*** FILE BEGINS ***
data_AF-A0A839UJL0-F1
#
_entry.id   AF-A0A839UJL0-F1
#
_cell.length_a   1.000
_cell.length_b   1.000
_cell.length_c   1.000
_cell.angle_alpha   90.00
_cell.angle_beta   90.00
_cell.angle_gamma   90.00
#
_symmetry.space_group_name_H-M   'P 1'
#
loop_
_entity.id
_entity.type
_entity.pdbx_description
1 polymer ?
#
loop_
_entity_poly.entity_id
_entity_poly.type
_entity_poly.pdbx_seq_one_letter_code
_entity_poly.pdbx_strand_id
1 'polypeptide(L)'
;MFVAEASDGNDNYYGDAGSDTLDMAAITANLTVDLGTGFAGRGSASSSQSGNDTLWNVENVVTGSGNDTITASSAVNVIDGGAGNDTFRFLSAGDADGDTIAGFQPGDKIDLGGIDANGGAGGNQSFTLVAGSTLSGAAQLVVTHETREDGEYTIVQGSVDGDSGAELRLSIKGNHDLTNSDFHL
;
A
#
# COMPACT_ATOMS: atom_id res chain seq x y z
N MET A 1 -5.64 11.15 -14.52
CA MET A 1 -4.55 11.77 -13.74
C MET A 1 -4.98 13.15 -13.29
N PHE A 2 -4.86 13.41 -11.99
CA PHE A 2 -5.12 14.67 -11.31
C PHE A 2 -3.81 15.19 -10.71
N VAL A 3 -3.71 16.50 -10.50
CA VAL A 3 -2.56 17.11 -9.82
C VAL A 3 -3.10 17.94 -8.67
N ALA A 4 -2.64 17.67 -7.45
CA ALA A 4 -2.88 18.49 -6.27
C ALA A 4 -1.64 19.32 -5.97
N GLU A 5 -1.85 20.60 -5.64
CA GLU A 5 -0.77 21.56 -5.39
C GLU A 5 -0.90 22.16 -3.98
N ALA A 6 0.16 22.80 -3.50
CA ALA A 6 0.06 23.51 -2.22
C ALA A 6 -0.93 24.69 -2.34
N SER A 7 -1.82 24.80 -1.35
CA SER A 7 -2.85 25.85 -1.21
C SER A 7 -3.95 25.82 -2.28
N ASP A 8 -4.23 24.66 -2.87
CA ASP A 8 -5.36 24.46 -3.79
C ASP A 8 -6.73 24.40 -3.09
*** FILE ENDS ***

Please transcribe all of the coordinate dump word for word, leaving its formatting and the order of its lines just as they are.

data_AF-A0A839UJL0-F1
#
_entry.id   AF-A0A839UJL0-F1
#
_cell.length_a   1.000
_cell.length_b   1.000
_cell.length_c   1.000
_cell.angle_alpha   90.00
_cell.angle_beta   90.00
_cell.angle_gamma   90.00
#
_symmetry.space_group_name_H-M   'P 1'
#
loop_
_entity.id
_entity.type
_entity.pdbx_description
1 polymer ?
#
loop_
_entity_poly.entity_id
_entity_poly.type
_entity_poly.pdbx_seq_one_letter_code
_entity_poly.pdbx_strand_id
1 'polypeptide(L)'
;MFVAEASDGNDNYYGDAGSDTLDMAAITANLTVDLGTGFAGRGSASSSQSGNDTLWNVENVVTGSGNDTITASSAVNVIDGGAGNDTFRFLSAGDADGDTIAGFQPGDKIDLGGIDANGGAGGNQSFTLVAGSTLSGAAQLVVTHETREDGEYTIVQGSVDGDSGAELRLSIKGNHDLTNSDFHL
;
A
#
# COMPACT_ATOMS: atom_id res chain seq x y z
N MET A 1 -5.64 11.15 -14.52
CA MET A 1 -4.55 11.77 -13.74
C MET A 1 -4.98 13.15 -13.29
N PHE A 2 -4.86 13.41 -11.99
CA PHE A 2 -5.12 14.67 -11.31
C PHE A 2 -3.81 15.19 -10.71
N VAL A 3 -3.71 16.50 -10.50
CA VAL A 3 -2.56 17.11 -9.82
C VAL A 3 -3.10 17.94 -8.67
N ALA A 4 -2.64 17.67 -7.45
CA ALA A 4 -2.88 18.49 -6.27
C ALA A 4 -1.64 19.32 -5.97
N GLU A 5 -1.85 20.60 -5.64
CA GLU A 5 -0.77 21.56 -5.39
C GLU A 5 -0.90 22.16 -3.98
N ALA A 6 0.16 22.80 -3.50
CA ALA A 6 0.06 23.51 -2.22
C ALA A 6 -0.93 24.69 -2.34
N SER A 7 -1.82 24.80 -1.35
CA SER A 7 -2.85 25.85 -1.21
C SER A 7 -3.95 25.82 -2.28
N ASP A 8 -4.23 24.66 -2.87
CA ASP A 8 -5.36 24.46 -3.79
C ASP A 8 -6.73 24.40 -3.09